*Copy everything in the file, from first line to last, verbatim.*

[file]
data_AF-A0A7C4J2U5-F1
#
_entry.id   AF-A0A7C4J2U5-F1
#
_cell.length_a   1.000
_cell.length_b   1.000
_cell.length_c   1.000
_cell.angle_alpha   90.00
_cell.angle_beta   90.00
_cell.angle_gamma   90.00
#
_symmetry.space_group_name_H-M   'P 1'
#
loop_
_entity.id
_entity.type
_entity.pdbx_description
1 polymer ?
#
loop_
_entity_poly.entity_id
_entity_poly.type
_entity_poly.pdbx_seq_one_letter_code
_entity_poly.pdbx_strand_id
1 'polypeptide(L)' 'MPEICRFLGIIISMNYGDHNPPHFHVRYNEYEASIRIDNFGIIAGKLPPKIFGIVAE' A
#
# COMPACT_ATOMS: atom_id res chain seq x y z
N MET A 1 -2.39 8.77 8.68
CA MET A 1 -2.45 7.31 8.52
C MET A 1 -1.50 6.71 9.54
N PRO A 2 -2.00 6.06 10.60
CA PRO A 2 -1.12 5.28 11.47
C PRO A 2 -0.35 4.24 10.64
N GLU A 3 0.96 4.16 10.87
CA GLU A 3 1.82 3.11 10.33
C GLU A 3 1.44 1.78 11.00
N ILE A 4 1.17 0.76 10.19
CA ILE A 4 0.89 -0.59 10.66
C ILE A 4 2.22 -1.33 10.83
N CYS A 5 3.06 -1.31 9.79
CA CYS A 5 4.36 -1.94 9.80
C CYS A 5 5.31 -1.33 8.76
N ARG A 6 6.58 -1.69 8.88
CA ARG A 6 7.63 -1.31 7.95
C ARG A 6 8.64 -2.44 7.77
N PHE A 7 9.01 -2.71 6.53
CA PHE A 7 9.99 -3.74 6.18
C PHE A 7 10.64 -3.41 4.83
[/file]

data_AF-A0A7C4J2U5-F1
#
_entry.id   AF-A0A7C4J2U5-F1
#
_cell.length_a   1.000
_cell.length_b   1.000
_cell.length_c   1.000
_cell.angle_alpha   90.00
_cell.angle_beta   90.00
_cell.angle_gamma   90.00
#
_symmetry.space_group_name_H-M   'P 1'
#
loop_
_entity.id
_entity.type
_entity.pdbx_description
1 polymer ?
#
loop_
_entity_poly.entity_id
_entity_poly.type
_entity_poly.pdbx_seq_one_letter_code
_entity_poly.pdbx_strand_id
1 'polypeptide(L)' 'MPEICRFLGIIISMNYGDHNPPHFHVRYNEYEASIRIDNFGIIAGKLPPKIFGIVAE' A
#
# COMPACT_ATOMS: atom_id res chain seq x y z
N MET A 1 -2.39 8.77 8.68
CA MET A 1 -2.45 7.31 8.52
C MET A 1 -1.50 6.71 9.54
N PRO A 2 -2.00 6.06 10.60
CA PRO A 2 -1.12 5.28 11.47
C PRO A 2 -0.35 4.24 10.64
N GLU A 3 0.96 4.16 10.87
CA GLU A 3 1.82 3.11 10.33
C GLU A 3 1.44 1.78 11.00
N ILE A 4 1.17 0.76 10.19
CA ILE A 4 0.89 -0.59 10.66
C ILE A 4 2.22 -1.33 10.83
N CYS A 5 3.06 -1.31 9.79
CA CYS A 5 4.36 -1.94 9.80
C CYS A 5 5.31 -1.33 8.76
N ARG A 6 6.58 -1.69 8.88
CA ARG A 6 7.63 -1.31 7.95
C ARG A 6 8.64 -2.44 7.77
N PHE A 7 9.01 -2.71 6.53
CA PHE A 7 9.99 -3.74 6.18
C PHE A 7 10.64 -3.41 4.83